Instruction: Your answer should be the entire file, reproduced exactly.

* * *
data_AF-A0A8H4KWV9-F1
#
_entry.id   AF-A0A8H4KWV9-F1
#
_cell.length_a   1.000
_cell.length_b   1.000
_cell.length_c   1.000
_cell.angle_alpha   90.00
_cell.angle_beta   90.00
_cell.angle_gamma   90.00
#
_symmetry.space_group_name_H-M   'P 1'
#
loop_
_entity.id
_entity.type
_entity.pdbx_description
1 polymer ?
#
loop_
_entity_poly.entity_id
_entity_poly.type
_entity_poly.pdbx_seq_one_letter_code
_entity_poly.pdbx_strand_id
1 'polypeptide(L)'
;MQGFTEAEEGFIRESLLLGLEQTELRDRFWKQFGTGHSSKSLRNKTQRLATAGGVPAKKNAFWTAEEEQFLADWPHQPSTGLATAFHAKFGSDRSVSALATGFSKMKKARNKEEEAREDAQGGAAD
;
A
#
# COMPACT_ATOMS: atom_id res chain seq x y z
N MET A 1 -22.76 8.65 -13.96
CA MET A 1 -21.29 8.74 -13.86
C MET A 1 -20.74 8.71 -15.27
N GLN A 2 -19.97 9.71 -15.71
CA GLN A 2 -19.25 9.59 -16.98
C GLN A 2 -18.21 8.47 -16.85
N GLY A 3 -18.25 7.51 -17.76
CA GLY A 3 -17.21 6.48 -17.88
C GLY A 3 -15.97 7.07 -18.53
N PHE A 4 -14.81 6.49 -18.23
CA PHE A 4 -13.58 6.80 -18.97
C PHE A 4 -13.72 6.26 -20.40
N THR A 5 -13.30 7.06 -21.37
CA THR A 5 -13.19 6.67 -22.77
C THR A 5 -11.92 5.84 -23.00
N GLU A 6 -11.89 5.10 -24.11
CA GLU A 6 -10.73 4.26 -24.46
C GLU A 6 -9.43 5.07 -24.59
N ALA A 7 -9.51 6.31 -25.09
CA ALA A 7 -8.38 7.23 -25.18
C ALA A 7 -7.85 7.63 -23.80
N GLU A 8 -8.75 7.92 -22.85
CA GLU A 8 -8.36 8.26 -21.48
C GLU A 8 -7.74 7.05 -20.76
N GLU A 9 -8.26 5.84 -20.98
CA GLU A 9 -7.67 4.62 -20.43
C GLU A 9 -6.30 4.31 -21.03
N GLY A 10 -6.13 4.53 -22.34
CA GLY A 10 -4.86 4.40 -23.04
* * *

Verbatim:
data_AF-A0A8H4KWV9-F1
#
_entry.id   AF-A0A8H4KWV9-F1
#
_cell.length_a   1.000
_cell.length_b   1.000
_cell.length_c   1.000
_cell.angle_alpha   90.00
_cell.angle_beta   90.00
_cell.angle_gamma   90.00
#
_symmetry.space_group_name_H-M   'P 1'
#
loop_
_entity.id
_entity.type
_entity.pdbx_description
1 polymer ?
#
loop_
_entity_poly.entity_id
_entity_poly.type
_entity_poly.pdbx_seq_one_letter_code
_entity_poly.pdbx_strand_id
1 'polypeptide(L)'
;MQGFTEAEEGFIRESLLLGLEQTELRDRFWKQFGTGHSSKSLRNKTQRLATAGGVPAKKNAFWTAEEEQFLADWPHQPSTGLATAFHAKFGSDRSVSALATGFSKMKKARNKEEEAREDAQGGAAD
;
A
#
# COMPACT_ATOMS: atom_id res chain seq x y z
N MET A 1 -22.76 8.65 -13.96
CA MET A 1 -21.29 8.74 -13.86
C MET A 1 -20.74 8.71 -15.27
N GLN A 2 -19.97 9.71 -15.71
CA GLN A 2 -19.25 9.59 -16.98
C GLN A 2 -18.21 8.47 -16.85
N GLY A 3 -18.25 7.51 -17.76
CA GLY A 3 -17.21 6.48 -17.88
C GLY A 3 -15.97 7.07 -18.53
N PHE A 4 -14.81 6.49 -18.23
CA PHE A 4 -13.58 6.80 -18.97
C PHE A 4 -13.72 6.26 -20.40
N THR A 5 -13.30 7.06 -21.37
CA THR A 5 -13.19 6.67 -22.77
C THR A 5 -11.92 5.84 -23.00
N GLU A 6 -11.89 5.10 -24.11
CA GLU A 6 -10.73 4.26 -24.46
C GLU A 6 -9.43 5.07 -24.59
N ALA A 7 -9.51 6.31 -25.09
CA ALA A 7 -8.38 7.23 -25.18
C ALA A 7 -7.85 7.63 -23.80
N GLU A 8 -8.75 7.92 -22.85
CA GLU A 8 -8.36 8.26 -21.48
C GLU A 8 -7.74 7.05 -20.76
N GLU A 9 -8.26 5.84 -20.98
CA GLU A 9 -7.67 4.62 -20.43
C GLU A 9 -6.30 4.31 -21.03
N GLY A 10 -6.13 4.53 -22.34
CA GLY A 10 -4.86 4.40 -23.04